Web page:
The big question is how will these technologies change the economics of public transit and the behaviour of users. It seems we’re about to find out.

Apr 172016

“Making rich people richer is not disruption, it’s the same old bullshit” says design guru Mike Monteiro in a speech given last June at the USI Conference in Paris.

Monteiro’s point is telling at a time when much of the tech industry’s business model is based upon solving the problems of rich white men, attracting investments from funds run by rich white men and then selling the venture to a corporation run by rich white men — what this blog calls the Silicon Valley Greater Fool model.

“How Designers Destroyed the World”, is Monteiro’s call to arms for the design industry. In it, he lays out four fundamental responsibilties that should guide how designers work; a responsibility for the world we live in, a responsiblity to the craft of design, a responsiblity to clients and, the most important of all, a responsibility to yourself.

“The work you do defines you,” says Monteiro about that responsibility to yourself. “I found when I started saying ‘no’, the clients listened. When I lost a bad job, a good job appeared.”

Monteiro’s view is designers are in a position of power. In truth though, we may all have a small degree of power in what we choose to do and choose not what to do.

“Responsibility is not a burden for you to carry, it’s a privilege.” Monteiro states. The presentation is well worth watching not just for designers, but for everyone.

Jan 142016

Ten years ago a joke going around was “what if Microsoft built cars?” The answer summed up the frustrations users had with personal computers and the differences in engineering standards between traditional industries and that of the IT sector.

As we enter the Internet of Things era, that tension between consumer devices and good engineering continues as shown by a software bug that rendered Nest thermostats useless.

That poor software would drain the battery without warning the user, illustrates how poorly designed many of these devices are.

Ironically Nest’s owners, Google, held a conference earlier this week where the company’s leaders flagged the importance of standards, security and privacy.

In a call to action for the IoT industry, Google’s lead advocate Vint Cerf, also known as one of the “fathers of the Internet,” warned that compatibility, security, and privacy could be obstacles to the IoT’s success.

Reliability is also important, particularly when talking about safety and security – Nest also make carbon monoxide detectors – where a device crashing or failing can have terrible consequences.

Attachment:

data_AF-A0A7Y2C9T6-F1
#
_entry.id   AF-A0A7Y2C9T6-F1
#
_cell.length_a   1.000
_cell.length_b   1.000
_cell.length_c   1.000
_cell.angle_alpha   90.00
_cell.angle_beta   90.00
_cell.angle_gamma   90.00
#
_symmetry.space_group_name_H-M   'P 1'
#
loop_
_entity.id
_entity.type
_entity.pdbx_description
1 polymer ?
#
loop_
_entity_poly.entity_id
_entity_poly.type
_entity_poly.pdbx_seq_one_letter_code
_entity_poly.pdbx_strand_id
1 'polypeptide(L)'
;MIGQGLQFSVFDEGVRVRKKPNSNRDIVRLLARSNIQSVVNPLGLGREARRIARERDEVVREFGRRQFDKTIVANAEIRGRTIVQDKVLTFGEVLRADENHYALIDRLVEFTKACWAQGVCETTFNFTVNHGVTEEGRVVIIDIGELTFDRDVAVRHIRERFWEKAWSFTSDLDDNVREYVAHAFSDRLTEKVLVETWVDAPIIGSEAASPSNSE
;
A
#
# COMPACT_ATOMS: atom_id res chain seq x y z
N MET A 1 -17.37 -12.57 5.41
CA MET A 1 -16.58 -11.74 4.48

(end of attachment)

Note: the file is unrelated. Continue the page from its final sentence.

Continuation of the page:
At present most of the Internet of Things is about the gimmick of connecting devices to the cloud and controlling them from your mobile phone. Consumers are not going to embrace IoT products if they add cost, complexity and risk to their lives.

Keeping it simple and safe are probably the most important things designers of IoT devices can do.

Dec 032015

The second day of Autodesk University 2015 in Las Vegas continued the focus on innovation and changing industries, the afternoon innovation session was particularly focused on some of the opportunities being realised in drones, pre-fabricated buildings and lampshades made out of fungus.

Brooklyn based designer Danielle Trofe gave a great demonstration of how she’s using fungus to create a range of sustainable light shades. Interestingly in a conversation earlier in the day with Autodesk CTO Jeff Kowalski the topic of growing products out of Mycelium, the vegetative part of a fungus that Trofe uses, was discussed in terms of smart packaging and biodegradable products.

Growing products out of organic material is one of the themes explored in Mercedes Benz’s Biome concept car which proposes to grow the chassis out of seeds. While realising that concept is some way off, Trofe’s Mush-Lume idea shows some products are already at that stage.

Rethinking prefab buildings

Following Trofe was Jos Mulkens, the CEO of Dutch building company Voorbij Prefab, who described how by using sophisticated design tools and 3D printing to make prefabricated building panels they had reduced to the time to fabricate elements from days to hours.

Mulkens gave a good insight into how design and production workflows are being accelerated with modern technology, particularly in replacing manual form makers to make the moulds for the precast panels. Voobij Prefab are flagging a lot of disruption heading for the building industry.

At one the media breakout sessions a group of senior Autodesk managers discussed the trends in design and materials engineering. This turned out to be an interesting session on the limits of current technologies.

Composite technologies

Max Moruzzi, Autodesk’s Principal Research Scientist, is a passionate believer in composite materials and the benefits they promise. However he conceded when challenged by his colleague Steve Hobbs, who joined Autodesk last year with the acquisition of  UK based Computer Aided Manufacturing company Delcam, about the structural properties of composites that we still have a lot to understand about how they behave and fail.

Bringing a touch of English scepticism to the panel, Hobbs pointed out almost all metallic components made by 3D printing require some sort of mechanical, subtractive finishing such as milling or polishing.

Hobbs went onto warn that we risk introducing a “hairball of complexity” into the design and manufacturing industries as people experiment with developing products with materials and techniques they don’t fully understand.